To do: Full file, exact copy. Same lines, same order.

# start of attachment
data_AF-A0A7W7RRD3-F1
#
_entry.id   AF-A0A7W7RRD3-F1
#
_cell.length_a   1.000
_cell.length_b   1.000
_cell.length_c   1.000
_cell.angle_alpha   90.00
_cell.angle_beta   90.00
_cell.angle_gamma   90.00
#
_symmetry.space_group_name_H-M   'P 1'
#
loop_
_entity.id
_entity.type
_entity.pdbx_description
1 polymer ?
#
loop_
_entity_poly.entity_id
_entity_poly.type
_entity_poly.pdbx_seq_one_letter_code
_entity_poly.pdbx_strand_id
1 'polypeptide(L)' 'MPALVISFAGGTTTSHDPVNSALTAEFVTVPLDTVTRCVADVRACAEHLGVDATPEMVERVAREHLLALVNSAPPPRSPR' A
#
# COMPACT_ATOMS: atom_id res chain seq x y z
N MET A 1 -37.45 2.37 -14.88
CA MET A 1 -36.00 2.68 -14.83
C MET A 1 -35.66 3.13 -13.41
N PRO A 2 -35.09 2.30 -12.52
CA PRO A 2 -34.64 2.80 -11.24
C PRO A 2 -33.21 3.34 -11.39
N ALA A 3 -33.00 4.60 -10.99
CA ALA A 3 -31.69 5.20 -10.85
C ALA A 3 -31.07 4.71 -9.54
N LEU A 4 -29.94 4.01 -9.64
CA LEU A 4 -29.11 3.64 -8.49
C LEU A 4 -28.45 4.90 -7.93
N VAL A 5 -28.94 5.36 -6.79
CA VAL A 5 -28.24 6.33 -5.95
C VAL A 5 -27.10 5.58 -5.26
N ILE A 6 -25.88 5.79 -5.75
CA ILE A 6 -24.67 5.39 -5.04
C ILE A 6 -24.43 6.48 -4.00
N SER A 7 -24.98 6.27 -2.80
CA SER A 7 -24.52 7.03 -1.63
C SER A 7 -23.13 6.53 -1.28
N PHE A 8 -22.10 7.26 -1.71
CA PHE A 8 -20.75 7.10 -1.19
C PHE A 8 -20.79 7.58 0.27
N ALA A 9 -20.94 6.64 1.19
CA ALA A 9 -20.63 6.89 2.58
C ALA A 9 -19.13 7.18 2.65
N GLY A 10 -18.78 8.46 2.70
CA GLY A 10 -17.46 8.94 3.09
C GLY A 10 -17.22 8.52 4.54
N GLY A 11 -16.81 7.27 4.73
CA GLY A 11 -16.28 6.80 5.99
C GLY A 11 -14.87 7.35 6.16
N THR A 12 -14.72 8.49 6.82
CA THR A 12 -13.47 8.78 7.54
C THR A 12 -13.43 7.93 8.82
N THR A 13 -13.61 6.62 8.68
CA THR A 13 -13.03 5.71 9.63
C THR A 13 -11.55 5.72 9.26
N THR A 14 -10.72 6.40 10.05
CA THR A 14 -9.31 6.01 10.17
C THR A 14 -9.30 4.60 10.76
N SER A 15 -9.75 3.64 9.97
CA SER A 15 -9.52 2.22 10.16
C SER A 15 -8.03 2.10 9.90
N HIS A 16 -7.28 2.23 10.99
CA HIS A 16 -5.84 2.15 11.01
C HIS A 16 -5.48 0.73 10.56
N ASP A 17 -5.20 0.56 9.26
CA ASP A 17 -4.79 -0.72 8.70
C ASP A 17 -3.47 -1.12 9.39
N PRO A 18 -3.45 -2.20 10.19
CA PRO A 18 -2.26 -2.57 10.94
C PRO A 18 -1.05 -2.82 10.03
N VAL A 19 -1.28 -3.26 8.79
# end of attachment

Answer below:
data_AF-A0A7W7RRD3-F1
#
_entry.id   AF-A0A7W7RRD3-F1
#
_cell.length_a   1.000
_cell.length_b   1.000
_cell.length_c   1.000
_cell.angle_alpha   90.00
_cell.angle_beta   90.00
_cell.angle_gamma   90.00
#
_symmetry.space_group_name_H-M   'P 1'
#
loop_
_entity.id
_entity.type
_entity.pdbx_description
1 polymer ?
#
loop_
_entity_poly.entity_id
_entity_poly.type
_entity_poly.pdbx_seq_one_letter_code
_entity_poly.pdbx_strand_id
1 'polypeptide(L)' 'MPALVISFAGGTTTSHDPVNSALTAEFVTVPLDTVTRCVADVRACAEHLGVDATPEMVERVAREHLLALVNSAPPPRSPR' A
#
# COMPACT_ATOMS: atom_id res chain seq x y z
N MET A 1 -37.45 2.37 -14.88
CA MET A 1 -36.00 2.68 -14.83
C MET A 1 -35.66 3.13 -13.41
N PRO A 2 -35.09 2.30 -12.52
CA PRO A 2 -34.64 2.80 -11.24
C PRO A 2 -33.21 3.34 -11.39
N ALA A 3 -33.00 4.60 -10.99
CA ALA A 3 -31.69 5.20 -10.85
C ALA A 3 -31.07 4.71 -9.54
N LEU A 4 -29.94 4.01 -9.64
CA LEU A 4 -29.11 3.64 -8.49
C LEU A 4 -28.45 4.90 -7.93
N VAL A 5 -28.94 5.36 -6.79
CA VAL A 5 -28.24 6.33 -5.95
C VAL A 5 -27.10 5.58 -5.26
N ILE A 6 -25.88 5.79 -5.75
CA ILE A 6 -24.67 5.39 -5.04
C ILE A 6 -24.43 6.48 -4.00
N SER A 7 -24.98 6.27 -2.80
CA SER A 7 -24.52 7.03 -1.63
C SER A 7 -23.13 6.53 -1.28
N PHE A 8 -22.10 7.26 -1.71
CA PHE A 8 -20.75 7.10 -1.19
C PHE A 8 -20.79 7.58 0.27
N ALA A 9 -20.94 6.64 1.19
CA ALA A 9 -20.63 6.89 2.58
C ALA A 9 -19.13 7.18 2.65
N GLY A 10 -18.78 8.46 2.70
CA GLY A 10 -17.46 8.94 3.09
C GLY A 10 -17.22 8.52 4.54
N GLY A 11 -16.81 7.27 4.73
CA GLY A 11 -16.28 6.80 5.99
C GLY A 11 -14.87 7.35 6.16
N THR A 12 -14.72 8.49 6.82
CA THR A 12 -13.47 8.78 7.54
C THR A 12 -13.43 7.93 8.82
N THR A 13 -13.61 6.62 8.68
CA THR A 13 -13.03 5.71 9.63
C THR A 13 -11.55 5.72 9.26
N THR A 14 -10.72 6.40 10.05
CA THR A 14 -9.31 6.01 10.17
C THR A 14 -9.30 4.60 10.76
N SER A 15 -9.75 3.64 9.97
CA SER A 15 -9.52 2.22 10.16
C SER A 15 -8.03 2.10 9.90
N HIS A 16 -7.28 2.23 10.99
CA HIS A 16 -5.84 2.15 11.01
C HIS A 16 -5.48 0.73 10.56
N ASP A 17 -5.20 0.56 9.26
CA ASP A 17 -4.79 -0.72 8.70
C ASP A 17 -3.47 -1.12 9.39
N PRO A 18 -3.45 -2.20 10.19
CA PRO A 18 -2.26 -2.57 10.94
C PRO A 18 -1.05 -2.82 10.03
N VAL A 19 -1.28 -3.26 8.79